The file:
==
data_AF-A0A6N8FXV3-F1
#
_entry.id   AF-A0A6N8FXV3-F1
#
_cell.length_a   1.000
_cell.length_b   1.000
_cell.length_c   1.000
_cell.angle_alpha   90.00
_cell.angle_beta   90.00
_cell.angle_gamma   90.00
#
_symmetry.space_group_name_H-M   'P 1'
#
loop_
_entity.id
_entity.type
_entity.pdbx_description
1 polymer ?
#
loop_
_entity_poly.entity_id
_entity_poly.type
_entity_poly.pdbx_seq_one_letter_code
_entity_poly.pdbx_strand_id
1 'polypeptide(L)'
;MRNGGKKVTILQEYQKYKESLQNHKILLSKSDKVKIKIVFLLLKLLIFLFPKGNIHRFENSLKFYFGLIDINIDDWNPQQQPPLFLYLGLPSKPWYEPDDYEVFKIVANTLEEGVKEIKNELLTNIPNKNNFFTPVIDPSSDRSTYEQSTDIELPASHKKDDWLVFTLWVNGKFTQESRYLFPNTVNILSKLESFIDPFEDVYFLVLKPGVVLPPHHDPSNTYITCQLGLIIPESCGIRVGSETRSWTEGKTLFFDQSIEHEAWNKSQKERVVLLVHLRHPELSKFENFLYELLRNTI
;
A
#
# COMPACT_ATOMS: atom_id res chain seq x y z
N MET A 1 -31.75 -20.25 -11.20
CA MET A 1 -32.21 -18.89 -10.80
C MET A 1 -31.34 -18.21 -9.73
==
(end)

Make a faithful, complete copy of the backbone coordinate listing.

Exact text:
data_AF-A0A6N8FXV3-F1
#
_entry.id   AF-A0A6N8FXV3-F1
#
_cell.length_a   1.000
_cell.length_b   1.000
_cell.length_c   1.000
_cell.angle_alpha   90.00
_cell.angle_beta   90.00
_cell.angle_gamma   90.00
#
_symmetry.space_group_name_H-M   'P 1'
#
loop_
_entity.id
_entity.type
_entity.pdbx_description
1 polymer ?
#
loop_
_entity_poly.entity_id
_entity_poly.type
_entity_poly.pdbx_seq_one_letter_code
_entity_poly.pdbx_strand_id
1 'polypeptide(L)'
;MRNGGKKVTILQEYQKYKESLQNHKILLSKSDKVKIKIVFLLLKLLIFLFPKGNIHRFENSLKFYFGLIDINIDDWNPQQQPPLFLYLGLPSKPWYEPDDYEVFKIVANTLEEGVKEIKNELLTNIPNKNNFFTPVIDPSSDRSTYEQSTDIELPASHKKDDWLVFTLWVNGKFTQESRYLFPNTVNILSKLESFIDPFEDVYFLVLKPGVVLPPHHDPSNTYITCQLGLIIPESCGIRVGSETRSWTEGKTLFFDQSIEHEAWNKSQKERVVLLVHLRHPELSKFENFLYELLRNTI
;
A
#
# COMPACT_ATOMS: atom_id res chain seq x y z
N MET A 1 -31.75 -20.25 -11.20
CA MET A 1 -32.21 -18.89 -10.80
C MET A 1 -31.34 -18.21 -9.73